Why does everything in this film seem completely pointless? Tim Burton doesn’t have to have a point. That’s why he’s candy.
Cindy & I watched this again yesterday. It was the serendipitous decision of The Randomizer, an Excel function I use to randomly select DVD’s in our collection that we’ve previously viewed (as opposed to new ones not yet screened) weekly, as well as to randomly select live musical performances (referred to as “shows”) from our collection on CD. The Randomizer is ridiculously mystical: It regularly chooses shows that we’ve discussed; seemingly has a favorite DVD at any given moment – between ’08 & ’09, Poseidon Adventure came up well over a dozen times from a Previously Screened Section upwards of 150 at the time – Moonstruck has come up 3 times in the last 6 months, including twice in February when Previously Screened was at 167 & 168 respectively; and it’s obsessed w/ the Grateful Dead’s Europe 72 Tour right now, to name a few.
In this case, Lori Ouellette recently started a Roald Dahl’s Charlie and the Chocolate Factory children’s book/Willy Wonka & the Chocolate Factory movie/Charlie and the Chocolate Factory movie comparative Facebook Thread. My contention has always been and will always be that comparing books to films is apples to orange groves. Orange groves not oranges because the scope of the production of a film is so much greater than that of a novel. However, to the extent that I got involved in the debate, my preference was to the 1971 Willy Wonka version. That decision is suspect as time can make a picture prettier (in this case) or more faded depending upon the situation & perceiver. Realizing this, I rescind the decision and remain open-minded about my preference. In either event, Gone with the Wind, they are not!
That said, Tim Burton’s Charlie and the Chocolate Factory was a pleasant, stress-free way to spend a mindless, snowy Connecticut Leap Day. It’s fun and funny, simultaneously bright & dreary, cute & corny. The performances are all top-notch – especially Willy as performed by Johnny Depp and Freddie Highmore as Charlie Bucket. Freddie was 12 at the time of its filming and fresh out of his brilliant role as Peter Davies in Finding Neverland. He just turned 20 and good roles for him, sadly, dried up after Charlie. Amongst the other superb performances in the film are Christopher Plummer as Dr. Wonka, David Kelly as Grandpa Joe, Deep Roy as the Oompa Loompas, the 10-year-old AnnaSophia Robb (who starred in last year’s biopic Soul Surfer) as Violet “The Blueberry” Beauregarde, and Julia Winter in her only film role as Veruca Salt. The costuming in the film garnered it an Oscar nomination.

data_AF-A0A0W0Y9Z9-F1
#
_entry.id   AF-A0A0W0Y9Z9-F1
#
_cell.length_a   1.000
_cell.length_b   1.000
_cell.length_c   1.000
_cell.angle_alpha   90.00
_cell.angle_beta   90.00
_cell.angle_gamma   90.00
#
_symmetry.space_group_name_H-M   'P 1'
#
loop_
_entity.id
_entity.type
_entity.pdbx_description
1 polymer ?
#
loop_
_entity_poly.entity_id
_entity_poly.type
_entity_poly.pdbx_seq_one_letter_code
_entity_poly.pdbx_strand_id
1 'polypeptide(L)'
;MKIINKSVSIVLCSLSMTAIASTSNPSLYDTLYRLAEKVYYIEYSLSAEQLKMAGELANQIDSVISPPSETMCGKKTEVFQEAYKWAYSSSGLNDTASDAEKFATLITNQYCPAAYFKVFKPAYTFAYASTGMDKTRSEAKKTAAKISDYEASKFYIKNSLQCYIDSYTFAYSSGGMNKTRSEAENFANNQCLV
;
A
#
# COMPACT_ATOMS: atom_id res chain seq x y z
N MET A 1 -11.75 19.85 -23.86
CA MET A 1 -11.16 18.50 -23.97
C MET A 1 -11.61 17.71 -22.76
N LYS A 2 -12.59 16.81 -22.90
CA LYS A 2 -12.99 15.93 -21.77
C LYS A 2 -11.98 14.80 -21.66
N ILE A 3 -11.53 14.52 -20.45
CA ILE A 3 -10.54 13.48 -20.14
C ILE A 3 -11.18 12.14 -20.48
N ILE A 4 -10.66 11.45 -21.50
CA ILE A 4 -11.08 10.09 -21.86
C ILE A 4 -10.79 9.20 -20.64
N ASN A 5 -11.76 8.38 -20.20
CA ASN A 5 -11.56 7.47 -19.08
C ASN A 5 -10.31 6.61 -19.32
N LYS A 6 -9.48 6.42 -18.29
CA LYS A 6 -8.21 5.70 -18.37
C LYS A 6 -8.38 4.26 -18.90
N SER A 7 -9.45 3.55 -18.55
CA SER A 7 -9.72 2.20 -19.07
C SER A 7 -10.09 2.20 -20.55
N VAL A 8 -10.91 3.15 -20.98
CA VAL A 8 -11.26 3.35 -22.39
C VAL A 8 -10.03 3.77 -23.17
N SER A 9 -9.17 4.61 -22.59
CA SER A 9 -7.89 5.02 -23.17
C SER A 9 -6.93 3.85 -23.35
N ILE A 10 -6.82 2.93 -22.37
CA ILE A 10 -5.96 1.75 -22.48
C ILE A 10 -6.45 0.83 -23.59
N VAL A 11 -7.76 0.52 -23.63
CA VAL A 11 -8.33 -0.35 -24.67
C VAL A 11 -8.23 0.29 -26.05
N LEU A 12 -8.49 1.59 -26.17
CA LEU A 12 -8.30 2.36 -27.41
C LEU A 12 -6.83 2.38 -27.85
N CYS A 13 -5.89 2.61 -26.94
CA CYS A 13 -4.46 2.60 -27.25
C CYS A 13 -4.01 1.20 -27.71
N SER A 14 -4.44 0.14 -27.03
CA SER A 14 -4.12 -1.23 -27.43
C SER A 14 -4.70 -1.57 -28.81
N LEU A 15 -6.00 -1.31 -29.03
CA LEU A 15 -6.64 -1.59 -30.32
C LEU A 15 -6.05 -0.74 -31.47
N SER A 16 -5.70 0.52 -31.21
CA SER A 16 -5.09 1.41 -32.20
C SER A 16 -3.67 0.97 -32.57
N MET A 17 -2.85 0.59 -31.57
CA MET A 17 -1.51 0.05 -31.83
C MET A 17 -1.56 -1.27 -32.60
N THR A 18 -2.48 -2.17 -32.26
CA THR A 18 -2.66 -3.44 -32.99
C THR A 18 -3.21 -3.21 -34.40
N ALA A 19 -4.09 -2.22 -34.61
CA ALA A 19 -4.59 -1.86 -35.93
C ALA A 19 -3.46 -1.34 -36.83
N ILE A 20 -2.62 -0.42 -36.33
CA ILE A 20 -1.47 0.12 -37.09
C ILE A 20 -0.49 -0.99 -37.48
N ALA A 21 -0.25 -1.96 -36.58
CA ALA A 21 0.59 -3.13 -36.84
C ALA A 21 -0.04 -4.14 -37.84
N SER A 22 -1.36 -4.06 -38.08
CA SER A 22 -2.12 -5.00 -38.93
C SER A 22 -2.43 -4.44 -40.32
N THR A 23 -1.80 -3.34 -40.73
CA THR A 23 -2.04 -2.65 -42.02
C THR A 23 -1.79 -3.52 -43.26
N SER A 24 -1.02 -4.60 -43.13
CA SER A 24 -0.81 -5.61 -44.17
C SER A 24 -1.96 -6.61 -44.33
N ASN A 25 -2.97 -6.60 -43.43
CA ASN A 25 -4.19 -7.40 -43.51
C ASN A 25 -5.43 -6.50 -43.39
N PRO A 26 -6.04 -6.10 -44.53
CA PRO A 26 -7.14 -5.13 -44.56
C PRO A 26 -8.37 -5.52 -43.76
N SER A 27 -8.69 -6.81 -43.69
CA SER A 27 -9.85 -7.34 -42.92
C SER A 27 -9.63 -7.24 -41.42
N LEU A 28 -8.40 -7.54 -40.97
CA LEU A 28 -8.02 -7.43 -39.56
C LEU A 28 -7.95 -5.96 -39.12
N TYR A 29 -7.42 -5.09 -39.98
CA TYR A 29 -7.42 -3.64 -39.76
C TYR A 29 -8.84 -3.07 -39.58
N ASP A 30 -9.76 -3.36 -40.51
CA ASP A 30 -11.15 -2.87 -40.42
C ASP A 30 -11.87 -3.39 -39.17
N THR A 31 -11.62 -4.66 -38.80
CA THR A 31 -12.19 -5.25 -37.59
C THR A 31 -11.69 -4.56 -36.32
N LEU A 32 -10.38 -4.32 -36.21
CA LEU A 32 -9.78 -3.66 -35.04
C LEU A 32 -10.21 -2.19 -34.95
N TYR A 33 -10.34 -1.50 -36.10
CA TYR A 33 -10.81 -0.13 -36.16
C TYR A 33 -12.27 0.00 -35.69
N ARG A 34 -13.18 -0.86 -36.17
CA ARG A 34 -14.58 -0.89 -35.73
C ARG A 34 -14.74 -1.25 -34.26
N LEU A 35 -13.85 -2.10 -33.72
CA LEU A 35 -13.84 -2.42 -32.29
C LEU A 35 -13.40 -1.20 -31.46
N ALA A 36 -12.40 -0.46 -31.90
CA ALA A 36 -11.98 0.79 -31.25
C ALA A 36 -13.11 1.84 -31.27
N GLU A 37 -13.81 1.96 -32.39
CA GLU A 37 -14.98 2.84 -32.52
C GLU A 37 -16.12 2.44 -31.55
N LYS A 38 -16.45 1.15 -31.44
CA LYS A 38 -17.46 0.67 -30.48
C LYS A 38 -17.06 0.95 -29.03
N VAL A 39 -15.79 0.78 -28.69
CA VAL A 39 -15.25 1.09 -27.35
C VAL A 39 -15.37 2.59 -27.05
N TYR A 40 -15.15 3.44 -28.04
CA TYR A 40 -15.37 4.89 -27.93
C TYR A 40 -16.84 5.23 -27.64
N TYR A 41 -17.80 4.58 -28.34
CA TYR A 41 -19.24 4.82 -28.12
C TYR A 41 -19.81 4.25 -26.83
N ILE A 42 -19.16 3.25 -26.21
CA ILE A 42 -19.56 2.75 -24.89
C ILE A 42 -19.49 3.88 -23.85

We all know the story of Willy Wonka and Charlie Bucket: An eccentric, brilliant, hermit chocolatier whose factory has been closed to the public for years, hides 5 Golden Tickets in random Wonka Bars. Each of the 5 ticket discoverers & a guest will be given a once in a lifetime tour of the factory; and, in addition, one of them will be granted a bonus surprise prize!! Hijinx and mayhem ensue on the tour for Charlie, Grandpa Joe, and the flawed 4 other winners & their chaperones.
There’s one major blemish that jumps out of the screen during the movie: Tim Burton! Mr. Burton, like Frank Zappa and Quentin Tarantino, doesn’t take his art seriously and, as a result, neither do I. It’s more important to him that he make a signature film full of signature imagery like Dr. Seuss than it is to make a great movie. But I harken back to Stanley Kubrick and Jerry Garcia: One can recognize the work of either almost immediately w/o any of the Burton/Tarantino/Zappa campiness. Their signatures are just as unique. And their work far more timeless. But I’d argue that Stanley’s films are unparalleled and important!
However, even though on first blush, it seems that Burton’s Charlie and the Chocolate Factory is completely pointless, he does have a point: As The Randomizer has reminded me recently in its fixation on Moonstruck, “Nothing can replace your family. I see that now.”!!!